No homes on a dead planet

Leo Patterson Ross , published on 22/08/2019

The evidence has been in for some time that our climate is changing. At the Tenants' Union of NSW this concerns us because we know that renters live in housing that is the least suitable for a changing climate and they're in the weakest position to make changes. We believe all people deserve safe, stable homes to live in and this aim only becomes harder to achieve the longer we wait to start taking real climate action. There will be no homes on a dead planet.

Whether your primary concern is the daily experience of living in homes with increasingly extreme conditions, or your concern is for the world we leave behind for future generations, there is a clear and present need to act.

There will be no homes, but also no rent paid on a dead planet – property investors must also look to themselves and the barriers to action on climate they may, sometimes unwittingly, be putting in place. Governments should also consider when developing solutions that there may be some landlords who do not want to act because they are only considering their own short-term financial gain. In response to necessary reforms, they may raise objections which are not in the interests of either the Australian or global community. Our leaders must recognise this and act to ensure our systems of land and housing play their role in ensuring a healthy, safe home is achievable for all of us.

Desert for lease

We look to climate scientists, engineers, and others for solutions to the physical challenges. But we call on those experts and our politicians and governments to listen to the voices and experiences of, and to respect the grounded truth of renters when considering the implementation of these solutions.

What can we as renters do?

Demand energy efficient homes

  • A vital part of ensuring homes are healthy and affordable is ensuring they are not a drain on consumption. We support implementing a range of minimum standards in rental homes, including energy efficiency standards that require property owners of all types to bring properties up to a reasonable standard. This can be done through both residential tenancy laws and building and planning laws. We could also implement a ratings system that would tell people what they were getting before moving in. In NSW a government plan along these lines was projected to save $987 million dollars of renters’ electricity bills over 30 years and easily pay for itself in the resulting economic benefits, even before accounting for the environmental impacts of reducing energy consumption. The lowest income households feel these issues most keenly - they pay disproportionately more of their income on energy (on average, 6.4%) compared to households on the highest income quintile (who pay an average of 1.5% of income). Many lower income tenants already make significant behavioural changes, but there is only so much individual people can do, or should reasonably be required to do, to limit their energy consumption.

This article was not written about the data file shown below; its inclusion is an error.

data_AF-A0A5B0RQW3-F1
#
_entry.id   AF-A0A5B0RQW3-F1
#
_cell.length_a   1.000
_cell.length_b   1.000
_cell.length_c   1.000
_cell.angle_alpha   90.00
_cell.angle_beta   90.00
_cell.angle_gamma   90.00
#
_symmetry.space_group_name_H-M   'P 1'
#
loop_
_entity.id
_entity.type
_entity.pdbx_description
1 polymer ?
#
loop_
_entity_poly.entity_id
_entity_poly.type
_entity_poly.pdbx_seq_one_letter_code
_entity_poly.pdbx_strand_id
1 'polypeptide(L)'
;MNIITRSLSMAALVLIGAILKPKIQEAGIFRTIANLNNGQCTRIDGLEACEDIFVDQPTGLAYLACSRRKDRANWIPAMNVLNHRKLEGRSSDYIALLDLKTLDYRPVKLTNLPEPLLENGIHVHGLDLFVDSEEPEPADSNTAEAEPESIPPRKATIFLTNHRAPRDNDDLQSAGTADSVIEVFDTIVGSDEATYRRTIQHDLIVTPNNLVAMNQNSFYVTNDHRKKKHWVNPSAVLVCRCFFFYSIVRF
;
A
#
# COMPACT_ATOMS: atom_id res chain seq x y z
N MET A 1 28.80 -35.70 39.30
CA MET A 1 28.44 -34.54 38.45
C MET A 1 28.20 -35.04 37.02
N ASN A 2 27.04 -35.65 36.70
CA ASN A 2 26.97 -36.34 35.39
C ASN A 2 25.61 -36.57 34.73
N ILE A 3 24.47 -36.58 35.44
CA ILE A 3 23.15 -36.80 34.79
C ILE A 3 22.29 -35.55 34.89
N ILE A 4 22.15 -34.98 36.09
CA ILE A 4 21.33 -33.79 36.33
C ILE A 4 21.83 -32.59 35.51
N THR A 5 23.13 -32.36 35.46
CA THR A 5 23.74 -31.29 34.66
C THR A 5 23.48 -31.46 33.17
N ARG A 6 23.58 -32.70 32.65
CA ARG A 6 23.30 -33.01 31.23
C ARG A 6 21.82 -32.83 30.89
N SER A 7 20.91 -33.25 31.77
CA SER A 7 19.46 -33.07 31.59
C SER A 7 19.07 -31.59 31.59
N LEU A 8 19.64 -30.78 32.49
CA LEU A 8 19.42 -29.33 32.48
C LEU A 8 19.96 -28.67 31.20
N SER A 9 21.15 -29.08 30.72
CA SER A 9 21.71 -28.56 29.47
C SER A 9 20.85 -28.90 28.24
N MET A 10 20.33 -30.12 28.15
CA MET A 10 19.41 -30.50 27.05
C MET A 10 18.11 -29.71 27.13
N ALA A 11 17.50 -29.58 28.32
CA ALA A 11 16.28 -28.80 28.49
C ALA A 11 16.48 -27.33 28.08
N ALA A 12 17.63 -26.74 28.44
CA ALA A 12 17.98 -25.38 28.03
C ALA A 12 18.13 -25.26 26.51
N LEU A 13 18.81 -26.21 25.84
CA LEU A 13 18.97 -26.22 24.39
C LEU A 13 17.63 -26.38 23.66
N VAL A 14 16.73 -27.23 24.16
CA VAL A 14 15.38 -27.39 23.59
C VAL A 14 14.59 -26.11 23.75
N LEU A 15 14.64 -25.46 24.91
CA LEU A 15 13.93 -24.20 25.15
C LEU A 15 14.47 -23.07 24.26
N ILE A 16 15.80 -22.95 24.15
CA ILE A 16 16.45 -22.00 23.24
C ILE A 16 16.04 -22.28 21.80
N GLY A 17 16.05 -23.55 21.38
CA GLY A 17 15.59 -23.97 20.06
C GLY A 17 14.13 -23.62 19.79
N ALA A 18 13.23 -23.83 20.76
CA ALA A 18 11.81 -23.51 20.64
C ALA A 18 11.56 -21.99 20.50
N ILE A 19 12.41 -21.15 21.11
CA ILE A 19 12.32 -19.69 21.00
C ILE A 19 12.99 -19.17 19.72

• Read more:
    Community Joint Statement for Healthy Affordable Homes
    Consumers call for carbon ready homes to save billions in electricity bills

Support equitable energy generation

  • Moving to renewable energy sources which halt the increase of the greenhouse effect is crucial. But much of the focus of growing solar has been on getting panels on to roofs. But the sun does not only shine on those who own property. We support the growth of solar and other renewable power, but those living in apartments, residential land lease communities, and those who rent their homes should not be left out, or be obliged to accept unfair deals through rent increases or extra charges. The best approaches are ones that allow anyone to access the benefits of renewable energy regardless of their tenure or housing type, and this is where focus of government and advocates alike should concentrate.
     
  • Read more:
    Solar power and tenants
    Community Power revolution

Rethink government's role in land and housing

  • Unaffordable housing has a variety of impacts removing people from their communities. it costs time away from family and loved ones, it costs work time, it costs relaxation. It also costs environmentally. A large number of people need to travel significant amounts of time - often by car rather than train. Addressing the affordability of housing closer to employment opportunities (or creating more employment opportunities near homes) . This is best done by embarking on a large-scale publicly led building program of the highest quality ensuring both environmental and economic sustainabilty by implementing:
    - best practice construction and tenancy management to lead the private sector as a role-model rather than as regulator alone, and
    - expanded eligibility criteria and fairer rent-setting to ensure a financially sustainable model that allows communities to flourish

Tenants often have the experience of feeling unrepresented in democracy – across local councils and state and federal parliaments tenants are under-represented. One way tenants can make our voices heard is exercising our right to express our feelings about the decisions made by the government.

This may be letters to local MPs, or joining a protest march like the ones coming up across Australia and the world on September 20th. Another is to demand that organisations with the platform and capacity to speak to government on these issues reflect their concerns. As the peak body representing renters' interests we have a duty to speak up about the need to act on this climate crisis.